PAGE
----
So, you sold your property direct to a former partner, without a Realtor, and how you are having second thoughts about the price?
Sorry, but IMHO unless there was fraud involved if you agreed on a price, it's over.
This is not legal advice. Get an attorney, then if you feel you are wrong, sue for the difference. But, in hindsight, wouldn't you feel better if you had the transaction properly handled? I see similar situations. It is always AFTER the fact...before it's just "Let's save money on the commission".
I'm not a lawyer, but at this point if you believe that you were presented with falsified information that led you to sell for less than you should have, probably your only recourse is a lawyer.
However, who paid for the appraisal? If you paid for the appraisal, then you deserve to have a copy of the appraisal. Contact the appraiser and ask for one.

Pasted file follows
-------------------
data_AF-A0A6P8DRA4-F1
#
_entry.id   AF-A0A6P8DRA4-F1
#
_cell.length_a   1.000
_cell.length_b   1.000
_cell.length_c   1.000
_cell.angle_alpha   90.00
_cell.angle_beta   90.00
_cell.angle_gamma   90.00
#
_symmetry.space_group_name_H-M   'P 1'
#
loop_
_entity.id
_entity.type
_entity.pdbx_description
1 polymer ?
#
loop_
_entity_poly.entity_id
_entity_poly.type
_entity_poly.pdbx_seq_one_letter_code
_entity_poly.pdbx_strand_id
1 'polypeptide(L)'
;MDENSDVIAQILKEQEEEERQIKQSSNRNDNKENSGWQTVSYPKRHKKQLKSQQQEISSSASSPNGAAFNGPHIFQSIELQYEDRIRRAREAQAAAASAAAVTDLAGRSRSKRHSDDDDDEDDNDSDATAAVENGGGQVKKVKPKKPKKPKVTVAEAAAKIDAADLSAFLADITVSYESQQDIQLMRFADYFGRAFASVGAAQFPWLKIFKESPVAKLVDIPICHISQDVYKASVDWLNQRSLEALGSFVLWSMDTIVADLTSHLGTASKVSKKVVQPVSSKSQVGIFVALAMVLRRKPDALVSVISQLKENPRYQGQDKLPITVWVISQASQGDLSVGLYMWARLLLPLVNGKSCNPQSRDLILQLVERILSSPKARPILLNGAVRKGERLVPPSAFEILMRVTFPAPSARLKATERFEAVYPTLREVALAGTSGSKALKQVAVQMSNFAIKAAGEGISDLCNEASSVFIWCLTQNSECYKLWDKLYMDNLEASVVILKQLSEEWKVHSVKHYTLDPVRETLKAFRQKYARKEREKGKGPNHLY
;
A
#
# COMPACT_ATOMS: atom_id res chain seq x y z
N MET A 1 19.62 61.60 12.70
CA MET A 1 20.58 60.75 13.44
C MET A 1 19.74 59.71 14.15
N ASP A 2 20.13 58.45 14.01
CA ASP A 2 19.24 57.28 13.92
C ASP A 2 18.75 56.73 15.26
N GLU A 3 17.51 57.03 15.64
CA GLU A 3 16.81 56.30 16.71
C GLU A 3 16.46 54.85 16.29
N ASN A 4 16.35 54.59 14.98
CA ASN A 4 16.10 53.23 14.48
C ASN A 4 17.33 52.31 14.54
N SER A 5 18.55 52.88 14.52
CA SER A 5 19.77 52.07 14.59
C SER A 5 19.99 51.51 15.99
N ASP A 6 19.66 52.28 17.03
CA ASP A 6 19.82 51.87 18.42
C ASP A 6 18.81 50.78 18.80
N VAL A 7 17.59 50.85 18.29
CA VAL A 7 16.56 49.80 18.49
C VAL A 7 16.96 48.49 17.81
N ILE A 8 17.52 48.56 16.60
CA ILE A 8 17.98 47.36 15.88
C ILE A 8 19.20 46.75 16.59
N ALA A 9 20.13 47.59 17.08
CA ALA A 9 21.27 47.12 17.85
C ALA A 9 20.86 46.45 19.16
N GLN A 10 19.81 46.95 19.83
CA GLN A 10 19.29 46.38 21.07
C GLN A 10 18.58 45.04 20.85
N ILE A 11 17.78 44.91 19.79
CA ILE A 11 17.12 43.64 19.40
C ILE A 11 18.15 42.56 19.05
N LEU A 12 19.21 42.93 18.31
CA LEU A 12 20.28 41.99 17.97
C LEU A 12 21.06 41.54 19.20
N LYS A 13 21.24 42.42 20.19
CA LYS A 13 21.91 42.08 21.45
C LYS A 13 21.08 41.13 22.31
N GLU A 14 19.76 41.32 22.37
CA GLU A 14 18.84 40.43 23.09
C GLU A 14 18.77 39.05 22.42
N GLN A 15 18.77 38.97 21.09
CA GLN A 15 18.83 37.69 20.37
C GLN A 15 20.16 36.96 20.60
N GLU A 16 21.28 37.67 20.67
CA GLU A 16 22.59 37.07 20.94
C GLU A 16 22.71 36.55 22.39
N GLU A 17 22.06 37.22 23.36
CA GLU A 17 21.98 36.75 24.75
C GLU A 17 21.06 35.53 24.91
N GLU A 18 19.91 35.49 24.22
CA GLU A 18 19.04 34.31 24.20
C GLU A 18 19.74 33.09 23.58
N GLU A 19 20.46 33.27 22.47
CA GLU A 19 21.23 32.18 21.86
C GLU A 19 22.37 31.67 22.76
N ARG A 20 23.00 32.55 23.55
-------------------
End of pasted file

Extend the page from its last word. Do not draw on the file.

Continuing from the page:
And if you didn't pay for the appraisal, why not? Appraisals can be, um, nudged up or down a bit depending on the purpose of the appraisal and who's paying for them. Not necessarily a whole lot, and appraisers are, by and large, very ethical. But there generally is a bit of wiggle room. If the appraiser knew that his/her client was looking for a low appraisal, it wouldn't be suprising if the appraisal came back somewhat lower than if the appraiser knew the client was looking for a high appraisal.
So: If you paid for it, ask the appraiser. Check the documents you have; do you have a copy of the actual appraisal? If those suggestions don't work, contact a lawyer.
Hope that helps.